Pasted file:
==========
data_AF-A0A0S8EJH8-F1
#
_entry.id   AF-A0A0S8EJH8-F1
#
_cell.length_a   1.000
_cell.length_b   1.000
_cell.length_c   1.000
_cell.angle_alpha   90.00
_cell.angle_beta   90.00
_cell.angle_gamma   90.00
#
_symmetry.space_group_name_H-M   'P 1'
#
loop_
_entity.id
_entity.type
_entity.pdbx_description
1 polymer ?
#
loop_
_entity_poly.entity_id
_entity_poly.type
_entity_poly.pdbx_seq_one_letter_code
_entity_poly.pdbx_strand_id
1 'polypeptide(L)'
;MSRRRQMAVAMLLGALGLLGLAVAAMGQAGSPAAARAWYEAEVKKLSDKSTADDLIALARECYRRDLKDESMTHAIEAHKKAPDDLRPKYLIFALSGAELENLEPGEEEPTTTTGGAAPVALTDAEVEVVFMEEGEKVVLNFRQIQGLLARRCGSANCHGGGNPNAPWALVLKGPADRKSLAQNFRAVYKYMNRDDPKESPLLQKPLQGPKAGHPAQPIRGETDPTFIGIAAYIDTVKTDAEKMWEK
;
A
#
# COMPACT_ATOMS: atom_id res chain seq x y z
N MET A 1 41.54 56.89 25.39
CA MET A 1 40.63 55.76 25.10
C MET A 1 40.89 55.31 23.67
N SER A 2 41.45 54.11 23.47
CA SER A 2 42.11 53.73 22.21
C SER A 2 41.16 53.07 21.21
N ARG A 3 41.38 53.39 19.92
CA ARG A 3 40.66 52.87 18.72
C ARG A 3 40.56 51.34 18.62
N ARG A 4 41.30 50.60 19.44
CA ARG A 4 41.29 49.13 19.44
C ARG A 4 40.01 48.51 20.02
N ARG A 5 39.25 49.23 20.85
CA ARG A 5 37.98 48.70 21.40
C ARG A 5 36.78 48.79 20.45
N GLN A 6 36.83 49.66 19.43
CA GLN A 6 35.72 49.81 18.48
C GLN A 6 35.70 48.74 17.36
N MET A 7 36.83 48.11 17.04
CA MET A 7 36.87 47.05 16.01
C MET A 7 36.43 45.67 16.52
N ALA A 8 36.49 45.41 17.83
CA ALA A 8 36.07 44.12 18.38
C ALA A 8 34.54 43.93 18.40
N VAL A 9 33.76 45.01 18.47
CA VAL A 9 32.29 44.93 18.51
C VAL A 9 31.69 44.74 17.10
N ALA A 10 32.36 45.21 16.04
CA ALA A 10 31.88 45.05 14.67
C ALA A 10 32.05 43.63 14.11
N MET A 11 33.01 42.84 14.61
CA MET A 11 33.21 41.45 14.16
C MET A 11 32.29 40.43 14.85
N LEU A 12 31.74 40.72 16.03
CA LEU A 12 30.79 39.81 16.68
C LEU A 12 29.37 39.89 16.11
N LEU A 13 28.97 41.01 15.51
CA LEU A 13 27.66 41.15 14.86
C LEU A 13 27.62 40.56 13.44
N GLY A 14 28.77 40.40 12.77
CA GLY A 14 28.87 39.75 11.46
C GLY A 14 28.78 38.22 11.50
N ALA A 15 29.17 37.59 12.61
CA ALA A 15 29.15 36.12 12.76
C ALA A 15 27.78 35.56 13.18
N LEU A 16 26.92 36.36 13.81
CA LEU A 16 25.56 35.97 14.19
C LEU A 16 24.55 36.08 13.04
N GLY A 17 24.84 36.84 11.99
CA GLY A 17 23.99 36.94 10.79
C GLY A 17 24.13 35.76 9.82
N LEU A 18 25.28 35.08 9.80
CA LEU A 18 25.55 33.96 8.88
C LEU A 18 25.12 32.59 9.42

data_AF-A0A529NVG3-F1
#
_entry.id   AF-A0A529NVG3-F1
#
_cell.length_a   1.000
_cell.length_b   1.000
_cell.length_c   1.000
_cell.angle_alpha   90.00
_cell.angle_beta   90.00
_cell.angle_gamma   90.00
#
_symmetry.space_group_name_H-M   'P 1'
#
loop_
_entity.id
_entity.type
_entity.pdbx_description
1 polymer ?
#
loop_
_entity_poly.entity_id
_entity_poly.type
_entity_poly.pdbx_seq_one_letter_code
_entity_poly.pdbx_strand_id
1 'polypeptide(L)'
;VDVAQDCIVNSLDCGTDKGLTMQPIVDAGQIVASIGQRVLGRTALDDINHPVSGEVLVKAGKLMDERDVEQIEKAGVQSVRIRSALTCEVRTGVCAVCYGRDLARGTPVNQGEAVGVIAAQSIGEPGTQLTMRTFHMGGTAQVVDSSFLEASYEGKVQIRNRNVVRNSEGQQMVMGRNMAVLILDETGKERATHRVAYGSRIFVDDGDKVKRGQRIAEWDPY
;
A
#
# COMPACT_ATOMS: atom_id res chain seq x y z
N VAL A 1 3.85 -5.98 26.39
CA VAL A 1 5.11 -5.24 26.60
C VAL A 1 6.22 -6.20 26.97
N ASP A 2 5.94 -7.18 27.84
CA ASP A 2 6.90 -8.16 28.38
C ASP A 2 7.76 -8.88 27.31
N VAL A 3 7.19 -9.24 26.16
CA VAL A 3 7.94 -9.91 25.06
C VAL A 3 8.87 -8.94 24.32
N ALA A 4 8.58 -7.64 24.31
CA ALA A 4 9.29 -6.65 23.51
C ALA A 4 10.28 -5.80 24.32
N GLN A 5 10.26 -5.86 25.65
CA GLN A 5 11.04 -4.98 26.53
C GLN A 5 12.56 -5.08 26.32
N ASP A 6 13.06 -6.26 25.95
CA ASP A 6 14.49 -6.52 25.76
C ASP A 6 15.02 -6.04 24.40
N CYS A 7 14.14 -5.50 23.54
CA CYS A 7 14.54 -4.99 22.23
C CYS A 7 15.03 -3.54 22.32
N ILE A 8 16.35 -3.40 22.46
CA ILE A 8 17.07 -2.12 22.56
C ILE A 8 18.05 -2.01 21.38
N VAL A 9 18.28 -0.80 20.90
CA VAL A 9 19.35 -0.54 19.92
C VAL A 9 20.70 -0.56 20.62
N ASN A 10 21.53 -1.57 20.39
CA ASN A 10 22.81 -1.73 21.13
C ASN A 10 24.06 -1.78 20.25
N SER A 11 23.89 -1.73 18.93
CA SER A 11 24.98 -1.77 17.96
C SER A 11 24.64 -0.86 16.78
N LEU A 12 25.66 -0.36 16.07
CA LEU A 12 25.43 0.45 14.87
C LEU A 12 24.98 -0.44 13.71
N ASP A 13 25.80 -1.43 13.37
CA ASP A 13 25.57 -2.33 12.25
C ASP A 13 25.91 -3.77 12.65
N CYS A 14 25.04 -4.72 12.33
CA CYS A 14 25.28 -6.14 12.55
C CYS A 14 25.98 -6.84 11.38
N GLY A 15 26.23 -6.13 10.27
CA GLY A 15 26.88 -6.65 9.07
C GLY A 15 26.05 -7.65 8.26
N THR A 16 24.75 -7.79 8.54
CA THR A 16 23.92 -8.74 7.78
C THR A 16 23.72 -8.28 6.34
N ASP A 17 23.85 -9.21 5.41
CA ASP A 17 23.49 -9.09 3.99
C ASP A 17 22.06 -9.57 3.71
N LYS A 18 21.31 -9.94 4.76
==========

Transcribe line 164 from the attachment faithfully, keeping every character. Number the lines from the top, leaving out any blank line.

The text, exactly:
CA ASP A 17 23.49 -9.09 3.99